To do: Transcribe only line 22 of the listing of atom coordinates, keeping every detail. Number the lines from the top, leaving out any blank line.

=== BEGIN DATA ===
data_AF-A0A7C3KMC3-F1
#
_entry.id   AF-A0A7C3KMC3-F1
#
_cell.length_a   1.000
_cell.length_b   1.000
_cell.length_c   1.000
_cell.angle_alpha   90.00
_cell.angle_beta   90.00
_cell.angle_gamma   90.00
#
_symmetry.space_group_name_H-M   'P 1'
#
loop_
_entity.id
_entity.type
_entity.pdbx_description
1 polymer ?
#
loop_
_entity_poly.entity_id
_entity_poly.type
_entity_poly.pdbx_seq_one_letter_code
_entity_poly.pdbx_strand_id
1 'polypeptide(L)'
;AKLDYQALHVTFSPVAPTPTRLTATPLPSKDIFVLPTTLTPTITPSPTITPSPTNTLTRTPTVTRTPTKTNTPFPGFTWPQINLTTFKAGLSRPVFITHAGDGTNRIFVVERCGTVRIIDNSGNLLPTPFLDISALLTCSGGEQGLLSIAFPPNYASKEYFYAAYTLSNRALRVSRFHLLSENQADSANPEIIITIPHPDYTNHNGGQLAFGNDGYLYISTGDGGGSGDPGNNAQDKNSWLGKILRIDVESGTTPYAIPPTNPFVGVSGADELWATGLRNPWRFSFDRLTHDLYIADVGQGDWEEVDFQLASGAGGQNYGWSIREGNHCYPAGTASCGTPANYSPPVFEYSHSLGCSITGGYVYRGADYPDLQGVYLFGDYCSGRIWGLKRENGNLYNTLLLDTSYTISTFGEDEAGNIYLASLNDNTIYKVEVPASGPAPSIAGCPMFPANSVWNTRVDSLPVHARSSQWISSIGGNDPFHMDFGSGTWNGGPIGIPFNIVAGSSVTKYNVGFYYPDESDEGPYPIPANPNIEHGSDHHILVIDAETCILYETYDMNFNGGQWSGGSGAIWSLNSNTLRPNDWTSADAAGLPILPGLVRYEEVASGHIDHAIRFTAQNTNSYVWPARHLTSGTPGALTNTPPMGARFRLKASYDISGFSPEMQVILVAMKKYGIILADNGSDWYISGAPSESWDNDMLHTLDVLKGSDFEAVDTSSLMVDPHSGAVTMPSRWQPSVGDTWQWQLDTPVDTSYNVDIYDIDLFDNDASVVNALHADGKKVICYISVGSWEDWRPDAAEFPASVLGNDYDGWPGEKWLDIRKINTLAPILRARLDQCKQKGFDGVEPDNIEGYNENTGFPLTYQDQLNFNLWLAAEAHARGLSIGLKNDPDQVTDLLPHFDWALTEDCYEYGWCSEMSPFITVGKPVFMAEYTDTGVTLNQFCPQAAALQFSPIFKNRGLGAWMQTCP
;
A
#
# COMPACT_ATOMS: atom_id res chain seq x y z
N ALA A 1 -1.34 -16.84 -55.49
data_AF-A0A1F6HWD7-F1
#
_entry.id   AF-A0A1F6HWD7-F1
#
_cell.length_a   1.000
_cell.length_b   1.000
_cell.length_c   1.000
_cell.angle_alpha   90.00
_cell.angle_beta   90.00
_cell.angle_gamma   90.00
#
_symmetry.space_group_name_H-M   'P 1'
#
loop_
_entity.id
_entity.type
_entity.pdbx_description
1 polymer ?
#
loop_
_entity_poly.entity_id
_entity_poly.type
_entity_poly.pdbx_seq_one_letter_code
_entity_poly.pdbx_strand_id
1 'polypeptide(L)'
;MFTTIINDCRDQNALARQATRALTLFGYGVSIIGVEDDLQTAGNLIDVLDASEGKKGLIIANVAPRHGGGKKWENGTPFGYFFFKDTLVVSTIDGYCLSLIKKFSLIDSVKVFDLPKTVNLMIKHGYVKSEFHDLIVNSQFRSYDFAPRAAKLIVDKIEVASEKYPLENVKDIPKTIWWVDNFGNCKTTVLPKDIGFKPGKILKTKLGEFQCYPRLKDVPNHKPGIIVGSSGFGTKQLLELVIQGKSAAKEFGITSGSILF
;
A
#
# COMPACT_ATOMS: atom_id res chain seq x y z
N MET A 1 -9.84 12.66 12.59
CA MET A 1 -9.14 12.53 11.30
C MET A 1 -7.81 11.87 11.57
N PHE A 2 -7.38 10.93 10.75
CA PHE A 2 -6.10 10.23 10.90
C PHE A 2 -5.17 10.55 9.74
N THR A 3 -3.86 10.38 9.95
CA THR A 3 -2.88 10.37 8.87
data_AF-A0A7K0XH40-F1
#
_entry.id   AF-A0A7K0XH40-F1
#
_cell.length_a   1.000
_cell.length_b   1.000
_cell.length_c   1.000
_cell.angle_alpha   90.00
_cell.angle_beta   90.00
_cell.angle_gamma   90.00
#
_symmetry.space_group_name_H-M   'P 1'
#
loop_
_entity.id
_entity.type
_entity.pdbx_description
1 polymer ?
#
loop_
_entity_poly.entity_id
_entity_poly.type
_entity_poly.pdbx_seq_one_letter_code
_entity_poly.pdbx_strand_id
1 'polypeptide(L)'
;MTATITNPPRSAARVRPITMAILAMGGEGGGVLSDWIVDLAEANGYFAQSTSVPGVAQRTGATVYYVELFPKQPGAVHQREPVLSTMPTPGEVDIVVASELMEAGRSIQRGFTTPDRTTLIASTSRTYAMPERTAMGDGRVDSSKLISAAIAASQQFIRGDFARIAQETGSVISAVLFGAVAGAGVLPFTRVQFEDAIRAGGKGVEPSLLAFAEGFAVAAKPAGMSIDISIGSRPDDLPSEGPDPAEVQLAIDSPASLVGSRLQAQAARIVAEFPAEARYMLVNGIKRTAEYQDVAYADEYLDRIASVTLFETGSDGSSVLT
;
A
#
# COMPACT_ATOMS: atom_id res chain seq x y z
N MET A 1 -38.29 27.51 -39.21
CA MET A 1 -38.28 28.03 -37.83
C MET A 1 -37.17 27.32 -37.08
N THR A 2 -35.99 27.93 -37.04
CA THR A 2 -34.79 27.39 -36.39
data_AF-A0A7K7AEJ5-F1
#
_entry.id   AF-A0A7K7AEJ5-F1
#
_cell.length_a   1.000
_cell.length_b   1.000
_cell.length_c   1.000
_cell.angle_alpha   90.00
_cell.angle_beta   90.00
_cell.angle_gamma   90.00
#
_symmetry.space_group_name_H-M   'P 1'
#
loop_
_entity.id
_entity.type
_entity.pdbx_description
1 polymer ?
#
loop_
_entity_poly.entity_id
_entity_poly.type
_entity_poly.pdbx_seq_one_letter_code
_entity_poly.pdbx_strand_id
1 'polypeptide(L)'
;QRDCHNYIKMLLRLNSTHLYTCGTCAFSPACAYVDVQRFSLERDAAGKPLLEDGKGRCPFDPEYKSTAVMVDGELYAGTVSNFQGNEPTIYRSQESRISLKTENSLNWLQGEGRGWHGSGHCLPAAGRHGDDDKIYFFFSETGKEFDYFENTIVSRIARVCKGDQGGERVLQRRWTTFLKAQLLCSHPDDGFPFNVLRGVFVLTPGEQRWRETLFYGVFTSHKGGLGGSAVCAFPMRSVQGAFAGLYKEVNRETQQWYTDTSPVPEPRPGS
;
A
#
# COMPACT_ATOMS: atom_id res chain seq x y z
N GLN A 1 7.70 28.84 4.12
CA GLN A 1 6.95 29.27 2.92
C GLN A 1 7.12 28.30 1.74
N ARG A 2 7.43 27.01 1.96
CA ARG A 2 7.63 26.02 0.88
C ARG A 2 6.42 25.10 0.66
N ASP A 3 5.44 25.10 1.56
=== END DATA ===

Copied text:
_entity_poly.type